HONG KONG, July 8 -- China's drive to consolidate its fragmented steel sector is set to forge a handful of global giants, turning up the heat on top producers including ArcelorMittal and enabling it play hardball with material suppliers such as Rio Tinto.
Explosive expansion in the past few years has made China the top producer in the $500 billion global steel industry, with the nation now accounting for about half the world's total output after ramping up production to fuel its rapid growth.
But that massive output is spread over some 3,000 steel mills, from state-owned giants like Baoshan Iron and Steel, to much smaller private backyard smelters, prompting the government to mount a new push for consolidation.
"There is no discipline," said Chris Park, a senior analyst at Moody's Corporate Finance Group. "Steel mills suffer very often from oversupply, price correction and margin loss too."
Chinese mills still lag global peers in product diversity -- an issue consolidation will help by allowing them to spend more on product development to pursue big western customers now served by global giants such as ArcelorMittal, Nippon Steel and South Korea's POSCO, he added.
After a previous consolidation drive largely stalled earlier in the decade, Beijing in June issued a new policy document aimed at putting more than 60 percent of domestic capacity in its top 10 mills by 2015, up from 44 percent in 2009.
"The state council is not really satisfied with the speed of the industry's consolidation," said David Ko, Head of the iron and steel sector of KPMG China, explaining Beijing's reasons for issuing the new policy document last month.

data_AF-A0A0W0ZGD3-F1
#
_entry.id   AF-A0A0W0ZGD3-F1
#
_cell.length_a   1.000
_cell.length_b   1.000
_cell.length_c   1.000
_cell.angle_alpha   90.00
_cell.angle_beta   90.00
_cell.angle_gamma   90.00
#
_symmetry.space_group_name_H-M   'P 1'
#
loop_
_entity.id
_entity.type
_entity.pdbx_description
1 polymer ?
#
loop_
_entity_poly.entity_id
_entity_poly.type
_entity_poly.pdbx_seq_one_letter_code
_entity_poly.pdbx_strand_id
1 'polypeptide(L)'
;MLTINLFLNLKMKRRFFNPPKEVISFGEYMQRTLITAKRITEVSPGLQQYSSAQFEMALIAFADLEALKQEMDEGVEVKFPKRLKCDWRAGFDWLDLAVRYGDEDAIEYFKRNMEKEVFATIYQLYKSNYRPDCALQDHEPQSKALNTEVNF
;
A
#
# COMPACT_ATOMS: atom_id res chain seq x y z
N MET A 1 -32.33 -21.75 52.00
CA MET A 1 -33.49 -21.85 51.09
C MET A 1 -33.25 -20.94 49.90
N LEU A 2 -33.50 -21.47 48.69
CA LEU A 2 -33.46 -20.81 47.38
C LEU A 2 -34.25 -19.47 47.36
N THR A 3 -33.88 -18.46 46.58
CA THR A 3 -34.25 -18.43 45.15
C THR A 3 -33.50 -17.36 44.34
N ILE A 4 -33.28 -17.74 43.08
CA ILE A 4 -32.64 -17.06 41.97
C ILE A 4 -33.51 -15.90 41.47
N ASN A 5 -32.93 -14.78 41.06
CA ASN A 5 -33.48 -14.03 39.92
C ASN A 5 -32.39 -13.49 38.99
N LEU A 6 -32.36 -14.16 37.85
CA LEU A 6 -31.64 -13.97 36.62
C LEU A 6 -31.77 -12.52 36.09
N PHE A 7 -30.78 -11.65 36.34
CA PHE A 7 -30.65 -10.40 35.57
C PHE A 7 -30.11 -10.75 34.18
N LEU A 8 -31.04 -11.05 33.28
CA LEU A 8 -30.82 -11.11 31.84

BIGS BECOME BIGGER
Analysts say the new consolidation should benefit market leaders like Baosteel, Angang Steel and Wuhan Iron and Steel as the restructuring will see the current market leaders driving consolidation, cutting costs and tapping fresh markets.
One area where they could benefit is on iron ore pricing, an area where most of the cards are now controlled by the world's top three suppliers, Brazil's Vale and Australia's BHP Billiton and Rio Tinto, which collectively control two-thirds of the $88 billion global seaborne iron ore trade.
Despite its size, China's fragmented steel industry plays a following role on global ore prices, which since the breakdown of long-term contracts, now largely follow spot prices.
"A more consolidated industry will lead to higher discipline and if there are fewer players, it will be easier for them to negotiate," said Josephine Ho, an analyst at Nomura.
The new giants could also wield more power in setting global steel prices for the auto and construction sectors and other big users. Construction alone, much of it for home building, already accounts for about half of China's demand.
"China's top three steel companies will control close to a quarter or about 30 percent of the supply globally eventually based on its plan," Ho estimated.
Beijing's June policy document is just the biggest in a number of signs that signal the government is determined to complete consolidation this time. It said outdated capacity must be eliminated and no new projects will be approved until the end of 2011. Allowing the yuan to appreciate more, and the cutting of a 9-percent export tax rebate also suggest the government's determination to consolidate the sector, analysts said.
In a sign that steel makers are finally heeding the call, Liaoning based Anshan Steel is now merging with Panzhihua Steel, parent of PZH Steel, and Benxi Iron and Steel to create a mill likely to become the country's largest.
Baosteel Group, the nation's No. 2 steel maker and parent of Baoshan Iron and Steel, is buying smaller mills like Guangzhou Steel, with an aim of nearly doubling its capacity to more than 66 million tonnes by 2015.
Chinese leader Hebei Iron and Steel, industry leader at home and the world's No.2 mill after ArcelorMittal, is also in talks to buy Shijiazhuang Steel.
"They are very determined to get things done," said KPMG's Ko.